Lead-Acid Battery Technology Modernizes for Maritime Operations

Lead-Acid Battery Technology Modernizes for Maritime Operations

Published Aug 15, 2021 12:33 PM by Harry Valentine

Lead-acid batteries have existed for over a century with little change. Advances have occurred in lead-acid battery technology to increase storage density, extend usable service life and improve cold weather performance at comparatively lower cost than modern battery technologies. As a result, derivatives of lead-acid battery technology still have multiple applications in modern boating.

The history of lead-acid batteries goes back prior to World War I, when battery-powered passenger vehicles traveled along the public roads. Designers of submarines that operated during both WWI and WWII installed banks of batteries to provide low-speed propulsion over short-distances when the vessel traveled submerged. During later years, a segment of the fishing industry that operated low-speed trolling vessels often used lead-acid batteries to provide vessel propulsion. The batteries also found application in mining locomotives, small industrial locomotives as well as in multi-stop post office and dairy delivery vehicles.

While built in a variety of sizes, the essential chemistry involving plates of lead and sulfuric acid remained unchanged for decades. Lead-acid batteries are temperature sensitive, providing optimal performance between 10-deg C (50-deg F) and 50-deg C (110-deg F). At minus 25-deg C (-15-deg F), the battery will typically deliver 20% of the power that it would deliver at 25-deg C (75-deg F). Repeated deep-discharge from 100% to below 10% of storage capacity greatly reduces service life expectancy. Sulfur build-up on lead plates reduces storage capacity while fully drained batteries often cannot be recharged. 


Several initiatives were undertaken during the latter part of the 20th century to improve the performance of lead-acid batteries. One approach involved adding small amounts of other chemicals into the sulfuric acid to improve performance at low temperatures. Another approach involved mixing a large proportion of silicon dioxide with the sulfuric acid, except that at the time it reduced battery voltage. The AGM or absorption glass mat approach led to the development of the spiral cell, where plates of lead and lead-oxide separated by the glass mat were rolled into a spiral to increase storage capacity.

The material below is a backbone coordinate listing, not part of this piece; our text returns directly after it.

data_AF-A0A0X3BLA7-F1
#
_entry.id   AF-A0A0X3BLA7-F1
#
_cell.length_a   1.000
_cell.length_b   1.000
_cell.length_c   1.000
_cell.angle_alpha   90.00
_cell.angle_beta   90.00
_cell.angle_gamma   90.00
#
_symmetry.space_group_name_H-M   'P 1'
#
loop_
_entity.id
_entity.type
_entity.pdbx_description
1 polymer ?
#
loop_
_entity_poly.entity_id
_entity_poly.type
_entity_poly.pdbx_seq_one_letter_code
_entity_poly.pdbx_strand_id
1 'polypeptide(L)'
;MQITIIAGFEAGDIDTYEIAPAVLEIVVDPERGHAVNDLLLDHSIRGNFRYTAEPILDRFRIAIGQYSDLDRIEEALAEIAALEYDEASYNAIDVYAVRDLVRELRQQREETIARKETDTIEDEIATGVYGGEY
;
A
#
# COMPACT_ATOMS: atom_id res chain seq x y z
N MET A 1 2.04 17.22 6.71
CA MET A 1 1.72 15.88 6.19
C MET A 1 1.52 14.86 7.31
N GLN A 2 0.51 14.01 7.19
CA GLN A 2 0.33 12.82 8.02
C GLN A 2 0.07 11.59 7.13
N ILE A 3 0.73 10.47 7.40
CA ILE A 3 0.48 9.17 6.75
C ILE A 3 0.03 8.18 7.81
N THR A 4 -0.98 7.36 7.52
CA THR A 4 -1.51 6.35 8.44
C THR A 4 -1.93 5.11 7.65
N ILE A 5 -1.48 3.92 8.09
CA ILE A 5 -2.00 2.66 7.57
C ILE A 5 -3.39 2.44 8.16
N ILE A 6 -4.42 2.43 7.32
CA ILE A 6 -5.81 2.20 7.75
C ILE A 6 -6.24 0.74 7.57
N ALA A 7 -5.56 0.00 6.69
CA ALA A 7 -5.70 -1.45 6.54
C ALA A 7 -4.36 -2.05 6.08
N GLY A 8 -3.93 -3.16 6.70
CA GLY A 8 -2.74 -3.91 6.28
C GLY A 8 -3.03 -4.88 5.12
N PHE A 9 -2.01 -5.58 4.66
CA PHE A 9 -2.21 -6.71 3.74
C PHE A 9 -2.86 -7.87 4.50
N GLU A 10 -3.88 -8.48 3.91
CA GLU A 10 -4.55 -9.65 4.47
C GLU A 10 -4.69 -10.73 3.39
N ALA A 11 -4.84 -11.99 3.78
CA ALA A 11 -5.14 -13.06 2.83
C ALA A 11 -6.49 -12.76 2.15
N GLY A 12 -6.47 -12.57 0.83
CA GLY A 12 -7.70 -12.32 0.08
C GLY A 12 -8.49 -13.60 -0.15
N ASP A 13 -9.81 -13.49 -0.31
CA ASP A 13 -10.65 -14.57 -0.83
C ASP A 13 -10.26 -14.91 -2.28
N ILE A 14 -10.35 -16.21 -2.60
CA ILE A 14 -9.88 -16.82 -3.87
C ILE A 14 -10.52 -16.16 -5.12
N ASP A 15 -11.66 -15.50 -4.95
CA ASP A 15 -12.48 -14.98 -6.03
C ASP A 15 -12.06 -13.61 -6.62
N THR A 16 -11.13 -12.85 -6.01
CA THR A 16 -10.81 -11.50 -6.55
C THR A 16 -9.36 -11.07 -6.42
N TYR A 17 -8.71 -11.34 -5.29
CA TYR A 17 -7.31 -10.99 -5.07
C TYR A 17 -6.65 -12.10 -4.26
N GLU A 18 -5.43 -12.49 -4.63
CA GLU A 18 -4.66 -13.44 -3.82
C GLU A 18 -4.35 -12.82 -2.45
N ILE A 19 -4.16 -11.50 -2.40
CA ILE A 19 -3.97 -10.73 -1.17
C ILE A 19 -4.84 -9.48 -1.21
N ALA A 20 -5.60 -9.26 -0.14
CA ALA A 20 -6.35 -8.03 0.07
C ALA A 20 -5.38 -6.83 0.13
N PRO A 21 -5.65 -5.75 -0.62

Early researchers abandoned the silicon dioxide method, being unable to increase voltage. Many years later, chemists revived the concept and revised the battery chemistry with 5% sulfuric acid and up to 95% silicon dioxide. The revised electrolytic mixture proved capable of operation at minus 40-degrees on either scale, delivering 60% of the power that it delivered at plus 50-deg C (110-degF). The tiny amount of sulfur in the battery greatly increased usable service life by reducing build-up of sulfur on the lead plates, allowing over 2,500-recharges when drained from 100% to just above 50% of storage capacity.

The Engine Company

The United States EPA mandated that fumes from combustion engine crank cases be circulated to the engine intake, for combustion. However, positive crank case ventilation resulted in formation of carbon deposits on engine valves. Efforts at dealing with the problem of hardened carbon deposits led to the discovery that the carbon deposits mimic lead plates when exposed to sulfuric acid and an electrical charge. The discovery led to the development of the carbon foam battery where blocks of carbon replace the lead plates in what is essentially a modified lead-acid battery.

The carbon foam is porous and offers equivalent electric storage capacity of a much larger lead plate, while being resistant to build-up of sulfur deposits that is problematic with lead. It offers the combination of much higher storage capacity than a lead-acid battery of equivalent size and weight, with greatly extended usable service life when repeatedly operated between 100% and just over 50% of storage capacity. There are numerous applications where carbon foam batteries can replace lithium batteries that incur double to 3-times the capital cost while offering only slightly higher energy storage capacity.